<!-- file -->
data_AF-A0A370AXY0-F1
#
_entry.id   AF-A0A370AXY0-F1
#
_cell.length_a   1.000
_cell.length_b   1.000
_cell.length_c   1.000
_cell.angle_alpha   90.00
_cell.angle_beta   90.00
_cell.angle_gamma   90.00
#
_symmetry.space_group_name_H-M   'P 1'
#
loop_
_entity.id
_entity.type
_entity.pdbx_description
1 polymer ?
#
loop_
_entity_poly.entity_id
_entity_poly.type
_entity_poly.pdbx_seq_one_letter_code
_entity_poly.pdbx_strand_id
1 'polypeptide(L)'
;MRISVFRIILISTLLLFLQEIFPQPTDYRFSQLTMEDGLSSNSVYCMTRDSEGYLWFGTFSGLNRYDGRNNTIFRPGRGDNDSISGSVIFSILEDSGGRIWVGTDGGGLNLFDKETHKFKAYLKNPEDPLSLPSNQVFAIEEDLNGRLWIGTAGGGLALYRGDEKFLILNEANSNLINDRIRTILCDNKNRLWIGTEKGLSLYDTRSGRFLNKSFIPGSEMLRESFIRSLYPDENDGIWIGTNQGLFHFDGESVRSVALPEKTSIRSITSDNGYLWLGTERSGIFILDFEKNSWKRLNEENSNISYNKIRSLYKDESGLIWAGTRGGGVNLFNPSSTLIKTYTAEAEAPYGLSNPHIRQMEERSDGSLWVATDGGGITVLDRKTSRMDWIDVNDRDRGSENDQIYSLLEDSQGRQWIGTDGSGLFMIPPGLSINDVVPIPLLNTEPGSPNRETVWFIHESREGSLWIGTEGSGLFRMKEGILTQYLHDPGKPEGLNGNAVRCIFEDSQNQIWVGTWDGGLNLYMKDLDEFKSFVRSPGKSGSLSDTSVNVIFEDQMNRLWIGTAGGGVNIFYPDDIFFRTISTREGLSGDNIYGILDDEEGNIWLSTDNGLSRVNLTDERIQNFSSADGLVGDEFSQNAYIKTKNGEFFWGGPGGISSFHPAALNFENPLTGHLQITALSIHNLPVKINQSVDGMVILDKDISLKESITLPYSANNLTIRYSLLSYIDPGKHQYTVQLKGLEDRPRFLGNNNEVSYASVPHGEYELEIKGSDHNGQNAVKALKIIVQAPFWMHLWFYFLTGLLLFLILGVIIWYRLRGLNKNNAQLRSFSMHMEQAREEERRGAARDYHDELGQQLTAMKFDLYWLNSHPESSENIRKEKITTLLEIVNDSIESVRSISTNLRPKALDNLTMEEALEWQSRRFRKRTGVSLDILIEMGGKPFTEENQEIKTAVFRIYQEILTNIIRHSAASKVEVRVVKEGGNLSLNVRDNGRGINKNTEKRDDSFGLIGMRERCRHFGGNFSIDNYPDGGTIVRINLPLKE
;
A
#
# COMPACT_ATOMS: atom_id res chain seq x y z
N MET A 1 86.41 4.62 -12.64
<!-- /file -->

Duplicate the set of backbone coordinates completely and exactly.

data_AF-A0A370AXY0-F1
#
_entry.id   AF-A0A370AXY0-F1
#
_cell.length_a   1.000
_cell.length_b   1.000
_cell.length_c   1.000
_cell.angle_alpha   90.00
_cell.angle_beta   90.00
_cell.angle_gamma   90.00
#
_symmetry.space_group_name_H-M   'P 1'
#
loop_
_entity.id
_entity.type
_entity.pdbx_description
1 polymer ?
#
loop_
_entity_poly.entity_id
_entity_poly.type
_entity_poly.pdbx_seq_one_letter_code
_entity_poly.pdbx_strand_id
1 'polypeptide(L)'
;MRISVFRIILISTLLLFLQEIFPQPTDYRFSQLTMEDGLSSNSVYCMTRDSEGYLWFGTFSGLNRYDGRNNTIFRPGRGDNDSISGSVIFSILEDSGGRIWVGTDGGGLNLFDKETHKFKAYLKNPEDPLSLPSNQVFAIEEDLNGRLWIGTAGGGLALYRGDEKFLILNEANSNLINDRIRTILCDNKNRLWIGTEKGLSLYDTRSGRFLNKSFIPGSEMLRESFIRSLYPDENDGIWIGTNQGLFHFDGESVRSVALPEKTSIRSITSDNGYLWLGTERSGIFILDFEKNSWKRLNEENSNISYNKIRSLYKDESGLIWAGTRGGGVNLFNPSSTLIKTYTAEAEAPYGLSNPHIRQMEERSDGSLWVATDGGGITVLDRKTSRMDWIDVNDRDRGSENDQIYSLLEDSQGRQWIGTDGSGLFMIPPGLSINDVVPIPLLNTEPGSPNRETVWFIHESREGSLWIGTEGSGLFRMKEGILTQYLHDPGKPEGLNGNAVRCIFEDSQNQIWVGTWDGGLNLYMKDLDEFKSFVRSPGKSGSLSDTSVNVIFEDQMNRLWIGTAGGGVNIFYPDDIFFRTISTREGLSGDNIYGILDDEEGNIWLSTDNGLSRVNLTDERIQNFSSADGLVGDEFSQNAYIKTKNGEFFWGGPGGISSFHPAALNFENPLTGHLQITALSIHNLPVKINQSVDGMVILDKDISLKESITLPYSANNLTIRYSLLSYIDPGKHQYTVQLKGLEDRPRFLGNNNEVSYASVPHGEYELEIKGSDHNGQNAVKALKIIVQAPFWMHLWFYFLTGLLLFLILGVIIWYRLRGLNKNNAQLRSFSMHMEQAREEERRGAARDYHDELGQQLTAMKFDLYWLNSHPESSENIRKEKITTLLEIVNDSIESVRSISTNLRPKALDNLTMEEALEWQSRRFRKRTGVSLDILIEMGGKPFTEENQEIKTAVFRIYQEILTNIIRHSAASKVEVRVVKEGGNLSLNVRDNGRGINKNTEKRDDSFGLIGMRERCRHFGGNFSIDNYPDGGTIVRINLPLKE
;
A
#
# COMPACT_ATOMS: atom_id res chain seq x y z
N MET A 1 86.41 4.62 -12.64